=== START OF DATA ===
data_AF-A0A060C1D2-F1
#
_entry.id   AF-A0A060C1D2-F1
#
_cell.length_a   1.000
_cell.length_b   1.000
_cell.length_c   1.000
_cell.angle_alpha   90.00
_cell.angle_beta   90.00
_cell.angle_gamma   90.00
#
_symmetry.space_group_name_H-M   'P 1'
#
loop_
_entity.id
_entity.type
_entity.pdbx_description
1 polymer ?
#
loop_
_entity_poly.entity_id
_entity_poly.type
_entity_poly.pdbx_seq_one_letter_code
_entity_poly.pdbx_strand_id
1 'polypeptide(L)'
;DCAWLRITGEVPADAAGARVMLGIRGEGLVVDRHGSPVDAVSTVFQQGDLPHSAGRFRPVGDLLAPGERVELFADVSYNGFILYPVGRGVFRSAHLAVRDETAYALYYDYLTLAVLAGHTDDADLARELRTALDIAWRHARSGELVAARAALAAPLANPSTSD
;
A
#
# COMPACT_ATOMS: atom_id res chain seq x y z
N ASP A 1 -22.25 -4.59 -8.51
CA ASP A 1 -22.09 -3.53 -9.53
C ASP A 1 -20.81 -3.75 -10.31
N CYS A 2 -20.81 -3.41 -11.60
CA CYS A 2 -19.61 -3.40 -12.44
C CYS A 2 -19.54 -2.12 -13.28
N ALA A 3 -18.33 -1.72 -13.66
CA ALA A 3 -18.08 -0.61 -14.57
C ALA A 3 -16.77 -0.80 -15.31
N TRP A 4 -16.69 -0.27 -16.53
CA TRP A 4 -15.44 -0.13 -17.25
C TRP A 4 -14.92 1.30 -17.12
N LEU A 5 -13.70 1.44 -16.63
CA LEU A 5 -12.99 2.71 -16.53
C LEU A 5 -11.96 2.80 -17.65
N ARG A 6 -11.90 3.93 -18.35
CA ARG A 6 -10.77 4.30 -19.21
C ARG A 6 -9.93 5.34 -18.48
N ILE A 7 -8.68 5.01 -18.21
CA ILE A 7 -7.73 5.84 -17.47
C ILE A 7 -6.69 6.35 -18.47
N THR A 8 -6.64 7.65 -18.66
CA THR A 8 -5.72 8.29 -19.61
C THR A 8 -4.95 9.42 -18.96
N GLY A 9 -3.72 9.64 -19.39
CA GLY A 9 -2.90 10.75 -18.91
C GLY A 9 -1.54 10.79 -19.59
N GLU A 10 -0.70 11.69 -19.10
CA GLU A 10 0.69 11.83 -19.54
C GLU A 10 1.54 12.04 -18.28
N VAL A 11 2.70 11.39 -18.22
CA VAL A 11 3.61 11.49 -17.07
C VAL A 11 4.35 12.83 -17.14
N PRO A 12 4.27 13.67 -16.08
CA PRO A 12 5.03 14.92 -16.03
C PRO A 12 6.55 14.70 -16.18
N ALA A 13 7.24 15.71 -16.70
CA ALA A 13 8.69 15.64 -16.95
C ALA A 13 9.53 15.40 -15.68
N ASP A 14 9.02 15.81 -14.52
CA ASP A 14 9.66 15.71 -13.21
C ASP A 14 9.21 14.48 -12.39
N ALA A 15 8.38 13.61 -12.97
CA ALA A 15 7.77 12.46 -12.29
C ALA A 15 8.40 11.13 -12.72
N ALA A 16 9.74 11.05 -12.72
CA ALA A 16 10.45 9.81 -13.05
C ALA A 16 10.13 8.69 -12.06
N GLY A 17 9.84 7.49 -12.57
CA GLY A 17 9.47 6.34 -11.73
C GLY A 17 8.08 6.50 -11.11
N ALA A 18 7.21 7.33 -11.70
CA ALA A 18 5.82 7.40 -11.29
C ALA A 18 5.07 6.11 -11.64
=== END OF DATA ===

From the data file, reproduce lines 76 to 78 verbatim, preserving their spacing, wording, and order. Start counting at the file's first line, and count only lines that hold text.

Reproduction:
N ALA A 16 9.74 11.05 -12.72
CA ALA A 16 10.45 9.81 -13.05
C ALA A 16 10.13 8.69 -12.06